Top 10 Management on Drivers of Unethical Strategies and Business Behavior: An Overview and Analysis of The Complications of Keeping Things Moral
This review of the top 10 things you need to know about Drivers of Unethical Strategies and Business Behavior was prepared by Cierra Lirette while a Marketing major in the College of Business at Southeastern Louisiana University.
There are many drivers in the business world that can cause a company’s strategies and behavior to be unethical. “Unethical” is defined as lacking moral principles and unwilling to adhere to proper rules of conduct (dictionary.com). Having unethical practices in an organization can lead to an abundance of problems. Knowing the drivers of unethical strategies and business behavior can help detect a problem before it arrives.
The Idea in a Nutshell
Many are concerned that we are facing a crisis of ethics that is undermining our competitive strength. This crisis involves business people, government officials, customers, and especially employees. For example, a recent study found that employees accounted for a higher percentage of retail thefts than did customers (Sims, 2002).
The 10 Things You Need to Know About Drivers of Unethical Strategies and Business Behavior
1. The large numbers of immoral and amoral business people cause companies to have unethical strategic behavior. An immoral person is against ethical behavior, does not consider ethical behavior when making decisions, and only cares about their self. They believe nice guys will always finish last. An immoral person believes different rules apply to business and should not be mixed with normal ethics. It’s normal for them not to consider ethical issues in the decision making processes.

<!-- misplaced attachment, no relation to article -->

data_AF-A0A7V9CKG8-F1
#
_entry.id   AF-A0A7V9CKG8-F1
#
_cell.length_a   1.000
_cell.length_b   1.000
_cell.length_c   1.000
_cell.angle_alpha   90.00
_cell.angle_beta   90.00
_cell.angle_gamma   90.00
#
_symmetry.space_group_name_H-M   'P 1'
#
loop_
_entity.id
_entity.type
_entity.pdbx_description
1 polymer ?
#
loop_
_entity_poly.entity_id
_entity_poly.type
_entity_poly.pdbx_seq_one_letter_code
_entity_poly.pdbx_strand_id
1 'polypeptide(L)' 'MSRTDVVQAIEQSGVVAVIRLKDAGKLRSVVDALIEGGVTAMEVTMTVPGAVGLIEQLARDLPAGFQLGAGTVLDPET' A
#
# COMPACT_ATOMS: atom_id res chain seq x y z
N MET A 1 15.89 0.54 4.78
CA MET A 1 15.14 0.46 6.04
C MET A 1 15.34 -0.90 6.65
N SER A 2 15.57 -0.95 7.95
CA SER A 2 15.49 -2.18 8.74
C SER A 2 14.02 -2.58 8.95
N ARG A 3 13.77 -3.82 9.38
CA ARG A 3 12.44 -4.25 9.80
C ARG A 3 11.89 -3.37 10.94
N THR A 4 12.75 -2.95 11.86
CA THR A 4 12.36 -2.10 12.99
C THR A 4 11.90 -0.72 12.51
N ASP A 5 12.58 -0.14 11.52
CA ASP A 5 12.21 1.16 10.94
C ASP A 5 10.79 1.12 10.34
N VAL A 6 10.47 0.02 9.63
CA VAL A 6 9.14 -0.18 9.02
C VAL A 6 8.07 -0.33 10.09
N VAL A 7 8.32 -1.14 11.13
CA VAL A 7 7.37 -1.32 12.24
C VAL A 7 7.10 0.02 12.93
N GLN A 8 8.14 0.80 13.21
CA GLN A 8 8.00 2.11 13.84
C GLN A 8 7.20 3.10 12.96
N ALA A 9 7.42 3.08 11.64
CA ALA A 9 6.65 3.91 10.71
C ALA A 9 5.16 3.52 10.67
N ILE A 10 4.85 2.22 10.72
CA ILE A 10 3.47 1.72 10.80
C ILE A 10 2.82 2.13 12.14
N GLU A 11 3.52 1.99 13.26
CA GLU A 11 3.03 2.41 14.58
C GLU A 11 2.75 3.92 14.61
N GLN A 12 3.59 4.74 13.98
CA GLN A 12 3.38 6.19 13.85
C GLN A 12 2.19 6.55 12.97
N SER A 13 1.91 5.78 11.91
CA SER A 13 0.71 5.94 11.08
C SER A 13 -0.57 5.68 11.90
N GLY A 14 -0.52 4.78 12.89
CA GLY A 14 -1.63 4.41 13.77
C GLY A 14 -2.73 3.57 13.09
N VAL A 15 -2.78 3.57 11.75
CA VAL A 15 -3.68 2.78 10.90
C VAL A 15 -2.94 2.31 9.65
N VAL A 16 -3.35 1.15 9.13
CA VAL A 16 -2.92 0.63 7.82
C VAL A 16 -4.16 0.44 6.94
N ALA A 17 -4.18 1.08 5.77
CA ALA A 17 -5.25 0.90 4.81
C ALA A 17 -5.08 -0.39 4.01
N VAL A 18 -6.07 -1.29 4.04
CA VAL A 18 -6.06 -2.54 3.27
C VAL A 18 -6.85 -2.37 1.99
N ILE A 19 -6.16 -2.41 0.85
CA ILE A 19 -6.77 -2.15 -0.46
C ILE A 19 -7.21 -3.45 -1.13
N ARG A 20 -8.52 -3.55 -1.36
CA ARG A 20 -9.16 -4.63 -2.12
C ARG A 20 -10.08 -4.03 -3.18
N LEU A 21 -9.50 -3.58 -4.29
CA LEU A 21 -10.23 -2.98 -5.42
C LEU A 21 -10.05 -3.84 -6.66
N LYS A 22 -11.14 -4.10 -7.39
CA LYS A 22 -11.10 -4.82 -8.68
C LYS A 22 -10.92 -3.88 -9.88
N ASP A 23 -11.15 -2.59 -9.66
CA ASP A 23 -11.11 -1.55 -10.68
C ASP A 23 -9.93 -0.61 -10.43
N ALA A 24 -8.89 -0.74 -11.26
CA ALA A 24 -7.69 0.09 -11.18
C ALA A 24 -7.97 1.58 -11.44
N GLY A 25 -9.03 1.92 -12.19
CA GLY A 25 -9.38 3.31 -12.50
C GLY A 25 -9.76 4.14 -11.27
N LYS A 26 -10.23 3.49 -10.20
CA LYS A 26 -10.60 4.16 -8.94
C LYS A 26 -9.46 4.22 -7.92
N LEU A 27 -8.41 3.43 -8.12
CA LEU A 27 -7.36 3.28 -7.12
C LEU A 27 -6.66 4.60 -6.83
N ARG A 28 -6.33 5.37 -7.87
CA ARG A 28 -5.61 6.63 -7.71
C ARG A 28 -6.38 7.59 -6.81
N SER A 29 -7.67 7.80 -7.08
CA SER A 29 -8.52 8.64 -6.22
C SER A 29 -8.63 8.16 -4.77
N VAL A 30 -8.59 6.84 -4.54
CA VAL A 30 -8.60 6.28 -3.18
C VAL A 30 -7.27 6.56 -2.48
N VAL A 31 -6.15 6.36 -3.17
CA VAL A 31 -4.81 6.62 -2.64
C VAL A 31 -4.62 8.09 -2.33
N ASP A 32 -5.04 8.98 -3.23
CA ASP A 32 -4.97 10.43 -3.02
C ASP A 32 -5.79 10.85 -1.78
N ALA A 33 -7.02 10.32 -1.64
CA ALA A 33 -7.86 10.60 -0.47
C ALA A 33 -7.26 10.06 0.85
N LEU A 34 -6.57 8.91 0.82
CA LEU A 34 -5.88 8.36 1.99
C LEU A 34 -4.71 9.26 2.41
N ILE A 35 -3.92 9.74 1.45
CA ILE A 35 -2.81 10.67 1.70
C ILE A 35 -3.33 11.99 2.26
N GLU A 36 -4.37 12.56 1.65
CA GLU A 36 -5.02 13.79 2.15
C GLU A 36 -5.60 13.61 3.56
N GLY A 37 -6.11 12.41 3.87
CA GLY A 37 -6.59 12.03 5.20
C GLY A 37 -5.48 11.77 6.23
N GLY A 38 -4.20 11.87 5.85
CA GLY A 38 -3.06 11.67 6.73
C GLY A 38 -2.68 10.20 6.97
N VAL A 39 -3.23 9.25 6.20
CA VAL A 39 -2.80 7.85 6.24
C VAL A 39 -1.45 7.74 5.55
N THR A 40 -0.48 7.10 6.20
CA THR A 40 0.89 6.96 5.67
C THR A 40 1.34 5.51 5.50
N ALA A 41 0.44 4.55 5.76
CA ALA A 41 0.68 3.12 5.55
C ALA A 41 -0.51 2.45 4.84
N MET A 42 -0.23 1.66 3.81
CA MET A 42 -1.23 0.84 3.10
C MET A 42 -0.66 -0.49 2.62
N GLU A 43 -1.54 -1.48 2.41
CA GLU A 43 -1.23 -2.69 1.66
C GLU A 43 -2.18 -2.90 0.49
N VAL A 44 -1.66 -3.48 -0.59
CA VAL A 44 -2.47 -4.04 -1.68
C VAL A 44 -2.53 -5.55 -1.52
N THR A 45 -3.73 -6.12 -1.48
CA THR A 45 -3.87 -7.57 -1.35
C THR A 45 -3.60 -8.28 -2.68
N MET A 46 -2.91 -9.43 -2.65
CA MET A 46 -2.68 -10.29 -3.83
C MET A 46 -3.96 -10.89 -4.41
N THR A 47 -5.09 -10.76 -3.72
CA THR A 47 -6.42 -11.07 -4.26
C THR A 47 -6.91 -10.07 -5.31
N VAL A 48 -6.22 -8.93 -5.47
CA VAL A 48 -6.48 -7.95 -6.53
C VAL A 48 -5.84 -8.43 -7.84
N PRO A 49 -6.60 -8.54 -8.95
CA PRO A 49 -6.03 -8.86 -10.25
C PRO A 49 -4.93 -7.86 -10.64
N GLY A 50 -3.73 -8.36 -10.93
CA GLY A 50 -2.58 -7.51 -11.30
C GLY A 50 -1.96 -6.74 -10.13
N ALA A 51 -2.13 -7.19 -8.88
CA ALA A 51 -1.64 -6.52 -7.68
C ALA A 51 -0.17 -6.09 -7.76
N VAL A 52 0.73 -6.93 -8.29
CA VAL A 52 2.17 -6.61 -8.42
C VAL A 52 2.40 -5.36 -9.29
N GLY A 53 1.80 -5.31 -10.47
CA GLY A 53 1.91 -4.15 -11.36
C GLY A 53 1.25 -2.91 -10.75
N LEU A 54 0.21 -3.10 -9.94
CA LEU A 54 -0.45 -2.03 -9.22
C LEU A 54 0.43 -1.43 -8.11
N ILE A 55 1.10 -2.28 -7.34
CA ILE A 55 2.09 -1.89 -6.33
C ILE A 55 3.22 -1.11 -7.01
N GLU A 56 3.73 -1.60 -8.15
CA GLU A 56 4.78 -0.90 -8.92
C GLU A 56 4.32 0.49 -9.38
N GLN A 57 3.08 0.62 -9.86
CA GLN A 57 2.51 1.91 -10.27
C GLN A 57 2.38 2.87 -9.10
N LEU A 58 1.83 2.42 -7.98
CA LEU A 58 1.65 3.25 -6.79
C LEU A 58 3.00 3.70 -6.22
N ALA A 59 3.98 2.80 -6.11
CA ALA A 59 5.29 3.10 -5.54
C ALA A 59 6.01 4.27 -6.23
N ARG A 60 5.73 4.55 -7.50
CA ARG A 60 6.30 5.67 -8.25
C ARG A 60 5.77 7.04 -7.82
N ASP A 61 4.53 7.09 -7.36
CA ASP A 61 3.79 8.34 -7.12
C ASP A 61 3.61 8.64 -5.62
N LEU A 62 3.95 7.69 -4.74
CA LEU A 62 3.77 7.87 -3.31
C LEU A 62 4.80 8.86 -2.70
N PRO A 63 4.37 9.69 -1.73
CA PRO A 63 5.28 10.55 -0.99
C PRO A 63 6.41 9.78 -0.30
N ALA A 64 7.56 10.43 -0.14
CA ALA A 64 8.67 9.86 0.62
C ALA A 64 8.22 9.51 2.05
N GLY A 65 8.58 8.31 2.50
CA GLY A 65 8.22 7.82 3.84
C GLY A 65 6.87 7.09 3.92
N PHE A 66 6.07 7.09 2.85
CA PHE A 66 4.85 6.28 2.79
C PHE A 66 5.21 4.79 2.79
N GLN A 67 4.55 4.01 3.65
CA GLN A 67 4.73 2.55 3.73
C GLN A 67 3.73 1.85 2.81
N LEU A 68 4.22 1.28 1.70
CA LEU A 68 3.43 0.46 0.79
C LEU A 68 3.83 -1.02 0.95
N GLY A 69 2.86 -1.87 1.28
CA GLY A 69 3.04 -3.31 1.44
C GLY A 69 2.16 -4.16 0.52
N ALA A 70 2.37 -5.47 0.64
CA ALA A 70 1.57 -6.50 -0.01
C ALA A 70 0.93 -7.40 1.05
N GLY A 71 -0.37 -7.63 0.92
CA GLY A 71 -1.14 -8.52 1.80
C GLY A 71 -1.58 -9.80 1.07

2. There is an obsessive pursuit of personal gain, wealth, and self-interest in people that lead to unethical practices. People who are obsessed with self-interests such as wealth accumulation, greed, power, and status will ignore ethical principles to get what they want. These selfish ambitions drive them to do whatever is necessary to achieve their goals. Such disregard for business ethics will lead to all sorts of unethical strategies and behaviors within companies.
3. An important driver of unethical practices is the heavy pressures on company managers to meet or beat earnings targets. Managers often feel enormous pressure to do whatever it takes to deliver good financial performance. Under pressure, managers may take action to cut cost whenever savings show up immediately. They may also squeeze extra sales out of early deliveries and/or engage in short-term maneuvers to make the numbers. Managers will tend to stretch the rules further and further, until limits of ethical conduct are overlooked.
4. A company culture that puts profitability and good business performance ahead of ethical behavior will result in something bad. In an ethically corrupt work environment, it is considered not only acceptable, but desirable, for employees to engage in unethical behaviors and strategies they think they can get away with. A company’s culture such as this can reflect on honorable people to make ethical mistakes and engage in unethical practices. What top managers do, and the culture they establish and reinforce, makes a big difference in the way lower-level employees act and in the way the organization as a whole acts when ethical dilemmas are faced.
5. Bottom-line mentality is often used amongst organizations. This is where all decisions in an organization are based on money. This line of thinking supports financial success as the only value to be considered. It develops short-term solutions financially while causing problems for others within the organization or the organization as a whole. This is a selfish perspective that may lead to decisions that not only hurt individuals in the long run, but threaten the very existence of organizations themselves.